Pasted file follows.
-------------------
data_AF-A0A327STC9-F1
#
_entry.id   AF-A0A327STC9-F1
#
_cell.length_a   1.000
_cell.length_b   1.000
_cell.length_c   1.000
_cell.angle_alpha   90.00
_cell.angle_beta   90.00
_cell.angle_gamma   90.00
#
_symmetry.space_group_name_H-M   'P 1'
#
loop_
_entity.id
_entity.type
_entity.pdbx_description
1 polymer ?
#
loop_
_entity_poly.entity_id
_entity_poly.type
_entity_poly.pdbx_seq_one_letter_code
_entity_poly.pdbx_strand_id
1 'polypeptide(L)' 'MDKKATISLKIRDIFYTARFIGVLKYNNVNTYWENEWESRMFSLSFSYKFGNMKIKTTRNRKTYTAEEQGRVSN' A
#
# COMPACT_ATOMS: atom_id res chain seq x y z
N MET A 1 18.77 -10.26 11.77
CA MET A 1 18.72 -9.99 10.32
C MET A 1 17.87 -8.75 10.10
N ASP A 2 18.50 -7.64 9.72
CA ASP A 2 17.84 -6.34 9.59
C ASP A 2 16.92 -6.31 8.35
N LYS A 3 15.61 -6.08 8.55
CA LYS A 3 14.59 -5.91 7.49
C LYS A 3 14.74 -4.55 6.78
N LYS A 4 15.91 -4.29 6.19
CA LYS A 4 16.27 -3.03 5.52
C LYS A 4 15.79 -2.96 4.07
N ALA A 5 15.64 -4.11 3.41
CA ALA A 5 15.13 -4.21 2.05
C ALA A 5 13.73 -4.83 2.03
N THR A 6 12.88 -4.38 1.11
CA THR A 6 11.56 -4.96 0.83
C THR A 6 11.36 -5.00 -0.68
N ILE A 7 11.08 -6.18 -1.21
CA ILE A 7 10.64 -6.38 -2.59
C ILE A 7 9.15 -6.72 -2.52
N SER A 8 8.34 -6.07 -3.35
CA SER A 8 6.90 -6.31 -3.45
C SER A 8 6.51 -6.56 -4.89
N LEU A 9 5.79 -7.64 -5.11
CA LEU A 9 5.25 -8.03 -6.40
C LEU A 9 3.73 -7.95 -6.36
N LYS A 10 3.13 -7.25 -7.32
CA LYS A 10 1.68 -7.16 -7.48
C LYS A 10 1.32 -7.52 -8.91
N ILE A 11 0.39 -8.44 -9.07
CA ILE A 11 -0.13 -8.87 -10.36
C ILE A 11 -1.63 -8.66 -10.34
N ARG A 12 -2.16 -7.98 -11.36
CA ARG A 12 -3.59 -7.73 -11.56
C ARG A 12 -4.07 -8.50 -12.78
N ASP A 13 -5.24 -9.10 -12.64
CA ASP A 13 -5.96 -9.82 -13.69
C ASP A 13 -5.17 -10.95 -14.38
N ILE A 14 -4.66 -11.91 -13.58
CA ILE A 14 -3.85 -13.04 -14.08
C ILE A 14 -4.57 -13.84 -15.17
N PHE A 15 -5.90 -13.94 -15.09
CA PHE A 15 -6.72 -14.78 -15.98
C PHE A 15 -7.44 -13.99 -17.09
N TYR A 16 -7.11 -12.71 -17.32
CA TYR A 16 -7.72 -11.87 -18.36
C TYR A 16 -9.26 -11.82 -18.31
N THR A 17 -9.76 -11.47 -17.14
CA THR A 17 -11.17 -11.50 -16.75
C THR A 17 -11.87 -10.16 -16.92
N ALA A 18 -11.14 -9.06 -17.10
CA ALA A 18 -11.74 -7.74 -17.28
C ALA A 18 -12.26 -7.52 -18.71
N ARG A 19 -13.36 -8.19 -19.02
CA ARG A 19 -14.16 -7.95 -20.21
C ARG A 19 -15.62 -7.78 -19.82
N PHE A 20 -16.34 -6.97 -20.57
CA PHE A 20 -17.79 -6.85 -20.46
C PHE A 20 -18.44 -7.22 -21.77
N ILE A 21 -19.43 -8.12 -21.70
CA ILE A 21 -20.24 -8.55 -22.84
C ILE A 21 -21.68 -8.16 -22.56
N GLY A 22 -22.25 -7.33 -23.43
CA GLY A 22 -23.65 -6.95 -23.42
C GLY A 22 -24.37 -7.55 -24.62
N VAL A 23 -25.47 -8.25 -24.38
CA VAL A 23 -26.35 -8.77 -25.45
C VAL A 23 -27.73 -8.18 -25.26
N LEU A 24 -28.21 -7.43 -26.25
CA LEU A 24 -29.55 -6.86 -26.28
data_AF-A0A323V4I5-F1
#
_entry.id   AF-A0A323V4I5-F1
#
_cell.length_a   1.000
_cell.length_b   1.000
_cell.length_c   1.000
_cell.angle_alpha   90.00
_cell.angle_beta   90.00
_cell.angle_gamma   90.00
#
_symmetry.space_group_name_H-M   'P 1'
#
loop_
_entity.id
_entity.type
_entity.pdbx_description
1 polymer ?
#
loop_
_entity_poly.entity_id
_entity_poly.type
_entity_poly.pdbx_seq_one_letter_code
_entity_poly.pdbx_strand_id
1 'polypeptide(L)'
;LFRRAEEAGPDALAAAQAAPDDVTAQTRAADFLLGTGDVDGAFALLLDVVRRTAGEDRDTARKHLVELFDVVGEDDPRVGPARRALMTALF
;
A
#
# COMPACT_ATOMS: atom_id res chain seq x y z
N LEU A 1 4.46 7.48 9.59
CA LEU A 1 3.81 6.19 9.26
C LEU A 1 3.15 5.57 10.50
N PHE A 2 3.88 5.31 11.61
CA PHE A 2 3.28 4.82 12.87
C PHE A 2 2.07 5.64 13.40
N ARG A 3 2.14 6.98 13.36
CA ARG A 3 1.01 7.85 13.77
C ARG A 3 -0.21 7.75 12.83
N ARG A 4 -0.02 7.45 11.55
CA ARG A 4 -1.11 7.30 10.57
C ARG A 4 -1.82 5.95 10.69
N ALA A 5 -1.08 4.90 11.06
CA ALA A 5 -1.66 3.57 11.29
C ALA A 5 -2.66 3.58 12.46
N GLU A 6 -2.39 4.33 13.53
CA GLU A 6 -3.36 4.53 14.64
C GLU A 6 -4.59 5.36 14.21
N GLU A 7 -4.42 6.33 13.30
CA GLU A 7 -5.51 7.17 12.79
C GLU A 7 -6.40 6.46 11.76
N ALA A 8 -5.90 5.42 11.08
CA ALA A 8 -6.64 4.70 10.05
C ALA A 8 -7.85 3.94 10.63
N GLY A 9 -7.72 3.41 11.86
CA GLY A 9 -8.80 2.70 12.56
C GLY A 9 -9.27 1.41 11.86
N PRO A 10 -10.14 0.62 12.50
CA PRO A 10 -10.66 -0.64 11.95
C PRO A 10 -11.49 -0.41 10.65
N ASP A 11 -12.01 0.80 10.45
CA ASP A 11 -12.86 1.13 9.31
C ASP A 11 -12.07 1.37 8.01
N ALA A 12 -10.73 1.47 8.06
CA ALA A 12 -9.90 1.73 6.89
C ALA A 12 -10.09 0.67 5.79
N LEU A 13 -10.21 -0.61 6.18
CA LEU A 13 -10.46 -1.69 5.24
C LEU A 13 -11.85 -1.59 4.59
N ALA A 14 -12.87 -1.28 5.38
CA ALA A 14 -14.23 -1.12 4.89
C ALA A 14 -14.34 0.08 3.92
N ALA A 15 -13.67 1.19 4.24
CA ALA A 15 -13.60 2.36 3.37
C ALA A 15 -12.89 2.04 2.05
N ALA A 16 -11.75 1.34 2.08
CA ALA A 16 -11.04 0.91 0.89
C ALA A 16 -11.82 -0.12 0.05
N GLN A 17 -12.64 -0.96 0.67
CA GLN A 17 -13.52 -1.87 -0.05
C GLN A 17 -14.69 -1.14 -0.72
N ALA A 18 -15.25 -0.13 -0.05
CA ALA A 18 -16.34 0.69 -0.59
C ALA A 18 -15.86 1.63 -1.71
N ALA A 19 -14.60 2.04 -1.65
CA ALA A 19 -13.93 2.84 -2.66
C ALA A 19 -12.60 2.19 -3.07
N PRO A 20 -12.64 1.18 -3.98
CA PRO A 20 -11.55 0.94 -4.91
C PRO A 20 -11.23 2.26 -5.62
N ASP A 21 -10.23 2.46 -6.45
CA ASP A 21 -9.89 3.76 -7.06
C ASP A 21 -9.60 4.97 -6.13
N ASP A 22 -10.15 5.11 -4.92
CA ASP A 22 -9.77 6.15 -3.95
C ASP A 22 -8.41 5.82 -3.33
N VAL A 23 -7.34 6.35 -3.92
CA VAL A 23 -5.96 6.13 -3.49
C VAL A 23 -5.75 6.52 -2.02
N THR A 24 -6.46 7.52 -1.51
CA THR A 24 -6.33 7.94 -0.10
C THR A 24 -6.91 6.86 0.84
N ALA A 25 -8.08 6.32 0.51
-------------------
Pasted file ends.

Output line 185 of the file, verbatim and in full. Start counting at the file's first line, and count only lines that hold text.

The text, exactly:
C ALA A 19 -12.60 2.19 -3.07